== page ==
Once more, Pride month is upon us, drawing the likes of Burger King, Bank of America, and the Pinkertons into a short-lived orgy of superficial solidarity with LGBTQ individuals, who, despite these avowals of support from for-profit entities, are witnessing a hasty erosion of their rights across the country, trans individuals in particular. If it were up to congresswoman Marjorie Taylor Greene, the entire month ought to be canceled—but not because it’s been de-kinked, banalized, and overrun by yassified banks and private militaries. No, Greene is worried that, unless something is done, hetereosexuals are going to go extinct in about “four or five” generations: “No one will be straight anymore. Everyone will be either gay or trans or non-conforming.” Has she perhaps been reading Mario Mieli’s Towards a Gay Communism? A bit of Guy Hocquenghem?
The tempest of innovation churns ever onward, and this week the American public was presented with the patent-pending work of four engineering students at Johns Hopkins University: edible tape that keeps your burrito together.
Cuba has a vaccine for lung cancer. We have flavorless tape to hold burritos together.
On Wednesday, the shitshow trial of the century came to its ignominious and utterly unsurprising conclusion, with a seven-person jury finding that “actor” Johnny Depp had been defamed by his ex-wife Amber Heard, awarding him more than $10 million in damages despite a veritable mountain of evidence breathlessly parsed by the media indicating that he was—in addition to being a tasteless, possibly sociopathic, narcissist—physically and emotionally abusive. Shortly thereafter, as cheers rang out from misogynists across our variously polluted content streams, the Twitter account of the Republicans on the House Committee on the Judiciary joined in to celebrate our perfectly functional “justice system,” in no way, whether accidental or intentional, designed to benefit abusive men, tweeting out a GIF of Depp as Captain Jack Sparrow in the first Pirates of the Caribbean.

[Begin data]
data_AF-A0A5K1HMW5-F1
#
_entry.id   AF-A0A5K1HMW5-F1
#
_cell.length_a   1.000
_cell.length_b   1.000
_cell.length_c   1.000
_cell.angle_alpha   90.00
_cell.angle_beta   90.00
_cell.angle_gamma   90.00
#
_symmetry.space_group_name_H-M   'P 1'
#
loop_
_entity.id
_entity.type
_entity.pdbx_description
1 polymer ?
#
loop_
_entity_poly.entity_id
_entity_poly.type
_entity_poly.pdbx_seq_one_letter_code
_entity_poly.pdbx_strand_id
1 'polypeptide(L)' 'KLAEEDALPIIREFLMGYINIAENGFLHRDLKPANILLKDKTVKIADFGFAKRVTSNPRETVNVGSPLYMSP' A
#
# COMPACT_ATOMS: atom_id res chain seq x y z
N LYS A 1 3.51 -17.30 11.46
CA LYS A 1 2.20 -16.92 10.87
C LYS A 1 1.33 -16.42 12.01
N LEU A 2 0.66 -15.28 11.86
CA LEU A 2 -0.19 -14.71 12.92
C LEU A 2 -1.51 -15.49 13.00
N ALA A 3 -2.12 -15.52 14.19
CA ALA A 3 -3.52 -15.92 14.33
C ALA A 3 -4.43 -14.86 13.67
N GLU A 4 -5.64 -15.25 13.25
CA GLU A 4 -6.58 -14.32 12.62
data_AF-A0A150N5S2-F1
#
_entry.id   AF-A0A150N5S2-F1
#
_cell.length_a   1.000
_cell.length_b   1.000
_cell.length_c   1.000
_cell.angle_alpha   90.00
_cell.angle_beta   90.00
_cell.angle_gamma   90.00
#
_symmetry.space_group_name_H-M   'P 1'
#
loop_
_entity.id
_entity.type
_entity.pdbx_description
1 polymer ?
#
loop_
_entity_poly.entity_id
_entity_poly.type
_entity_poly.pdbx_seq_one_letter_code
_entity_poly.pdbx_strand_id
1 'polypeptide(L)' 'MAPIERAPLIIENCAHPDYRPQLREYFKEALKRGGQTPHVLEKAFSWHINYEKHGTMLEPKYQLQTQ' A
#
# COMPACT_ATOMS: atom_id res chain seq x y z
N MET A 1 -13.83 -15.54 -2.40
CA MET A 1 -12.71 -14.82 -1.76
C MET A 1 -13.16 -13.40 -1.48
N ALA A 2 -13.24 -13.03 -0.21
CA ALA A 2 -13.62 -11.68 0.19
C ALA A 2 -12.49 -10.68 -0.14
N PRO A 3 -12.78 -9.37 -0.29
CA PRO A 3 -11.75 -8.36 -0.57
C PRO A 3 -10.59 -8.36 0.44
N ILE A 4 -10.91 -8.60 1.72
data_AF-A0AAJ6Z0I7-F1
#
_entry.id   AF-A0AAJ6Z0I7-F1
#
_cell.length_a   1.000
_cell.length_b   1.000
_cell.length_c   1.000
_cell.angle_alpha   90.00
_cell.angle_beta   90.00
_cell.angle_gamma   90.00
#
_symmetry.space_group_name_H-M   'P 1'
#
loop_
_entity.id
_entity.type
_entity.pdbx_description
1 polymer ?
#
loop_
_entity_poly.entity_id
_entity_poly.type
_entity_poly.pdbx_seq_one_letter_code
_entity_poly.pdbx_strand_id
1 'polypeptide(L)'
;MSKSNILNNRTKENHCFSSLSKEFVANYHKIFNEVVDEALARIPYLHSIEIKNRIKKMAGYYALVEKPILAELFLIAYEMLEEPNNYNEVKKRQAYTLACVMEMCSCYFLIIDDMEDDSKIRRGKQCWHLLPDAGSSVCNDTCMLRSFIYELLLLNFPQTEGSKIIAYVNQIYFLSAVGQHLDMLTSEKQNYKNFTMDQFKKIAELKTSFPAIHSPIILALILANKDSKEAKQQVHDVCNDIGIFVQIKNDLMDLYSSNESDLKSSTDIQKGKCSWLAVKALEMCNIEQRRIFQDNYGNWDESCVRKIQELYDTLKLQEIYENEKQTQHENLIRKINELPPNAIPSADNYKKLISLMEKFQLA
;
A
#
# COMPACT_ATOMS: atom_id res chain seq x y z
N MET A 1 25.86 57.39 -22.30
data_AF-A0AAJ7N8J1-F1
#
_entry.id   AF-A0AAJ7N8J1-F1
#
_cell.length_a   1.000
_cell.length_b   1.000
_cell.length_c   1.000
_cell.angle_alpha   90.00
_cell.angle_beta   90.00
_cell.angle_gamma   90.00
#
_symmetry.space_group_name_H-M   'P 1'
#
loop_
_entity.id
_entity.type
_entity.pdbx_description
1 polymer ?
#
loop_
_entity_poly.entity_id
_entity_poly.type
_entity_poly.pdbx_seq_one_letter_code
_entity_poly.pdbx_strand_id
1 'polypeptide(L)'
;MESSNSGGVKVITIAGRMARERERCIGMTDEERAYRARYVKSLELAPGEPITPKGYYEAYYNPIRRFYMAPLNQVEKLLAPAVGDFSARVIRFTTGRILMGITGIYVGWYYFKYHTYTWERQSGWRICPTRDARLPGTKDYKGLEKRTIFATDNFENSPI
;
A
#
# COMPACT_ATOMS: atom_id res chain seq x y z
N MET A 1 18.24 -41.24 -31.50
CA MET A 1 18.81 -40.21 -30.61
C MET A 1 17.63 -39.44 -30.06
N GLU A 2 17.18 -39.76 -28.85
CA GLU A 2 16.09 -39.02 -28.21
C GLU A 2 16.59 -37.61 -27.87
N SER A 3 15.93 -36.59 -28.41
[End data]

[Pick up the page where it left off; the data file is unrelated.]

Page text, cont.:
Third Way to Hell
On the most recent episode of Bill Clinton’s podcast, Why Am I Telling You This?, the former president was joined by Tony Blair, former prime minister of the UK, to express their mutual concern about the threat progressives present to the “vital center” of politics, both in the United States and abroad. While our current predicament (the accelerating disintegration of democracy, etc., etc.) can be blamed in part on the Third Way fuckery both men have shilled for their entire political lives, the timing of their conversation is nevertheless curious. At the end of April, both men appeared at “Crypto Bahamas,” an “exclusive gathering of the leading investors and builders in the blockchain, digital assets and web3 space” co-organized by crypto billionaire Sam Bankman-Fried, who has been spending heavily to defeat progressive candidates in primaries across the country. It’s almost as if these miserable creatures, loathsome impediments to bending the arc of history out of the shitter, are working together! Who would have thought!
Once the world’s unchallenged leader of content-trash production, Netflix is now assailed on all sides by competitors: over the past ten weeks or so, according to a New York magazine tally, streaming platforms and cable networks unveiled more than fifty new and returning “high-profile” series, with more than two dozen projects premiering over a fifteen-day period at the end of April. Never before has there been so little worth watching. In response to the tightening competition, the company behind programming like Falling Inn Love and Is It Cake? indicated it will no longer greenlight expensive vanity projects like, uh, Martin Scorsese’s organized crime drama, The Irishman, which cost $175 million. That’s simply too much to spend on a critically acclaimed film nominated for ten Academy Awards. Spending something like $270 million on the bloated, CGI-choked fourth season of Stranger Things, however? Well that’s perfectly sound. It was essential that a show—one almost entirely made up of computer imagery—spend that much money so the Duffer Brothers could film in a real Lithuanian prison where Nazis murdered Jews during World War II and where you can now stay in a Stranger Things Airbnb!